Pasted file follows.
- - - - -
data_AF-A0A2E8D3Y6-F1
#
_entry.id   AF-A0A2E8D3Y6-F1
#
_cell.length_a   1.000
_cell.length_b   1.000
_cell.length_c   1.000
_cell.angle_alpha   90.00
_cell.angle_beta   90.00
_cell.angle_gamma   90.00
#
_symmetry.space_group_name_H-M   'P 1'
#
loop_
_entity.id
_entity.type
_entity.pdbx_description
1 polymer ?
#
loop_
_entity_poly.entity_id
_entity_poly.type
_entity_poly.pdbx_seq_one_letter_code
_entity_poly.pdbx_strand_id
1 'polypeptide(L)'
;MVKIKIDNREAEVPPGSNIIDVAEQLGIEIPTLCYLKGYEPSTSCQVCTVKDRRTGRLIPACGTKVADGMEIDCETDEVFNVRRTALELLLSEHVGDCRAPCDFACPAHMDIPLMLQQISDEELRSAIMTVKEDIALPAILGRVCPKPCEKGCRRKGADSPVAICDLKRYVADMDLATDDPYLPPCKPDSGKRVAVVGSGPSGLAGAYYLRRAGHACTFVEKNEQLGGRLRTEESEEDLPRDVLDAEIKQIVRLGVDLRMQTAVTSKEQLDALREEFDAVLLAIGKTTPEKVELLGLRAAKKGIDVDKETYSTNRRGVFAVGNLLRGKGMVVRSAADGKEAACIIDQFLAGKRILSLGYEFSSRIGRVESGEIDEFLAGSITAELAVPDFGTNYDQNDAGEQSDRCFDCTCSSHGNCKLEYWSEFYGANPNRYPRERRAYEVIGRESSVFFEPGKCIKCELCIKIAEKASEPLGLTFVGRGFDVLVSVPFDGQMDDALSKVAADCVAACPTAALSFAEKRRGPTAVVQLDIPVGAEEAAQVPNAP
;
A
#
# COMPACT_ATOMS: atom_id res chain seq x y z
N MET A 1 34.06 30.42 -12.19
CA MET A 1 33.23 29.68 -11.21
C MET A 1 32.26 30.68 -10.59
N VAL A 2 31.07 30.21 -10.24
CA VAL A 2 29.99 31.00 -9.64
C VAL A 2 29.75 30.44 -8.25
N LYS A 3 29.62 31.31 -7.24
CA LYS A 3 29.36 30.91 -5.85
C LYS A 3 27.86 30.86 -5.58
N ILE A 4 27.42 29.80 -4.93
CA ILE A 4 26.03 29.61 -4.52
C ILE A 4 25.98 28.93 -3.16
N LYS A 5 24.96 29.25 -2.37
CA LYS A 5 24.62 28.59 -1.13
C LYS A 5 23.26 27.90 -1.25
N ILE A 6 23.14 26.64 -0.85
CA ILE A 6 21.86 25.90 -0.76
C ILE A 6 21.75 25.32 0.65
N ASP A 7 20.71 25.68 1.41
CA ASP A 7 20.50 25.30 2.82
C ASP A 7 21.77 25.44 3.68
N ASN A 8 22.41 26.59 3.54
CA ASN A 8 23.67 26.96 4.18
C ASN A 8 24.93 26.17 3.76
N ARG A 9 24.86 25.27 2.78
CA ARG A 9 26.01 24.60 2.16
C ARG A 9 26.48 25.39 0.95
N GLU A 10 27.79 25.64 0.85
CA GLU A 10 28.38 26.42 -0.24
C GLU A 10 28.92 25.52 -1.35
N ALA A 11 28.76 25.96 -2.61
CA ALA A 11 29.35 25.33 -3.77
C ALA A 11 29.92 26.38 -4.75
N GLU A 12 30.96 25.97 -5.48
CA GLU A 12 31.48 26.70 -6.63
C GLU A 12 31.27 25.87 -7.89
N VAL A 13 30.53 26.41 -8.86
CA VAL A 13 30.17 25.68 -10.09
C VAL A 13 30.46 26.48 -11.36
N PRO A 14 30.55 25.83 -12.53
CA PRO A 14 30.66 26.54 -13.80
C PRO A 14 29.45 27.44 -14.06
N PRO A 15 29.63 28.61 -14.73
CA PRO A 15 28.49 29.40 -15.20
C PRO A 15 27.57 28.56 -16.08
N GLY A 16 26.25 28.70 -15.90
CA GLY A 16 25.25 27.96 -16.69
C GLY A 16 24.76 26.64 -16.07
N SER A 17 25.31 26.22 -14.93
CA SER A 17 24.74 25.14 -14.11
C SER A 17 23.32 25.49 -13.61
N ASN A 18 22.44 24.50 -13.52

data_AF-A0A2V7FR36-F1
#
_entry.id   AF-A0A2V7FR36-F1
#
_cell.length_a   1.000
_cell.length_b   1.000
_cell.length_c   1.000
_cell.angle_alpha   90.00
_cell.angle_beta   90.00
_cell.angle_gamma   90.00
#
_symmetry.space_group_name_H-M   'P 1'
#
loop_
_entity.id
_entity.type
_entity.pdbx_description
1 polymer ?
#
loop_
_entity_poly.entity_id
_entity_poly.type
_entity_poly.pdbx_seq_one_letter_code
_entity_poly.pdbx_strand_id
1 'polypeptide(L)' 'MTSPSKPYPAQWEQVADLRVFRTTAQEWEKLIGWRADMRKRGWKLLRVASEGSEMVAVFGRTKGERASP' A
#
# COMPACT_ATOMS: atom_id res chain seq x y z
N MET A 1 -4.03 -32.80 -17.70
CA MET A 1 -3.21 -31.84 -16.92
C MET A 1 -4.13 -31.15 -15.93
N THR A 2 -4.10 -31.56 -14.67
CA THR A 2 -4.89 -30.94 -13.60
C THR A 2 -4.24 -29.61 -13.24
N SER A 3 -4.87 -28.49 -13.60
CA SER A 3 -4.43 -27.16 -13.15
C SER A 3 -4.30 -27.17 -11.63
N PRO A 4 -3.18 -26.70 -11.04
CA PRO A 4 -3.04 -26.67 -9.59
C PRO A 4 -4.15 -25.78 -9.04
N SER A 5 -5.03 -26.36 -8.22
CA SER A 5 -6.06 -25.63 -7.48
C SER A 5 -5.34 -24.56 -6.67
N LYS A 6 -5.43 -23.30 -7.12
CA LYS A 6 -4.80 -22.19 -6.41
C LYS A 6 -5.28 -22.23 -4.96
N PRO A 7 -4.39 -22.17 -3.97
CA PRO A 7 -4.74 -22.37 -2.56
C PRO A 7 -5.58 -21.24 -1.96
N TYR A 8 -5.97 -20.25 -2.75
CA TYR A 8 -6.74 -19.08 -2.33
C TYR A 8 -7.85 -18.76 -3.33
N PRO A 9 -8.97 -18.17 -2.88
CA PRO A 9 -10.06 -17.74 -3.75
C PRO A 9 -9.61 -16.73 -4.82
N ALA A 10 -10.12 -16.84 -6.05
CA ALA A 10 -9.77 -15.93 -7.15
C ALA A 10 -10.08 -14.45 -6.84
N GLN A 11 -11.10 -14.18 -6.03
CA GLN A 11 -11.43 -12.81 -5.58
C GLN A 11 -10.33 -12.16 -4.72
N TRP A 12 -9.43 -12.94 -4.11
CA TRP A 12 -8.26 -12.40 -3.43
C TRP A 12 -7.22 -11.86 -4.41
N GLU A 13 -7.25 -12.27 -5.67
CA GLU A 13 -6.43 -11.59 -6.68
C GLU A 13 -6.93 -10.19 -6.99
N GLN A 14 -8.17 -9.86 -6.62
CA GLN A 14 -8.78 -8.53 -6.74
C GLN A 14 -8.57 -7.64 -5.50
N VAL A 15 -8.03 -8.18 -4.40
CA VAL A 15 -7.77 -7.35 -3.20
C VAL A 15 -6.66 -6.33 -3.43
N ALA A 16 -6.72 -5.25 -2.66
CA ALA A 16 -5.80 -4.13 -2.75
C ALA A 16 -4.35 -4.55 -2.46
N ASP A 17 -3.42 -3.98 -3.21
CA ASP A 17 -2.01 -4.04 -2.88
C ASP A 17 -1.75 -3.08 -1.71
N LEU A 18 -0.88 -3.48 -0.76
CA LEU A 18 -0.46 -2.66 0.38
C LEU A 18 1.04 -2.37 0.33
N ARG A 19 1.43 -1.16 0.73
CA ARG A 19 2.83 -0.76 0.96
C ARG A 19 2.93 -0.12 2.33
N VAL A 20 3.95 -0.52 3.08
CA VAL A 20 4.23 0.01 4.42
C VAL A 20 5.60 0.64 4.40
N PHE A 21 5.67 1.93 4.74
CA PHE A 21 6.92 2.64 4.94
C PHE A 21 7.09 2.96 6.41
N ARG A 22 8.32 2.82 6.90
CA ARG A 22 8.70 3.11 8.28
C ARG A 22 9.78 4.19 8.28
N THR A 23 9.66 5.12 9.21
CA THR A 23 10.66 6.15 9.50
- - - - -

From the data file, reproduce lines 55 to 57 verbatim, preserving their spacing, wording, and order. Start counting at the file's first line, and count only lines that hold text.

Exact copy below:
N ARG A 9 24.86 25.27 2.78
CA ARG A 9 26.01 24.60 2.16
C ARG A 9 26.48 25.39 0.95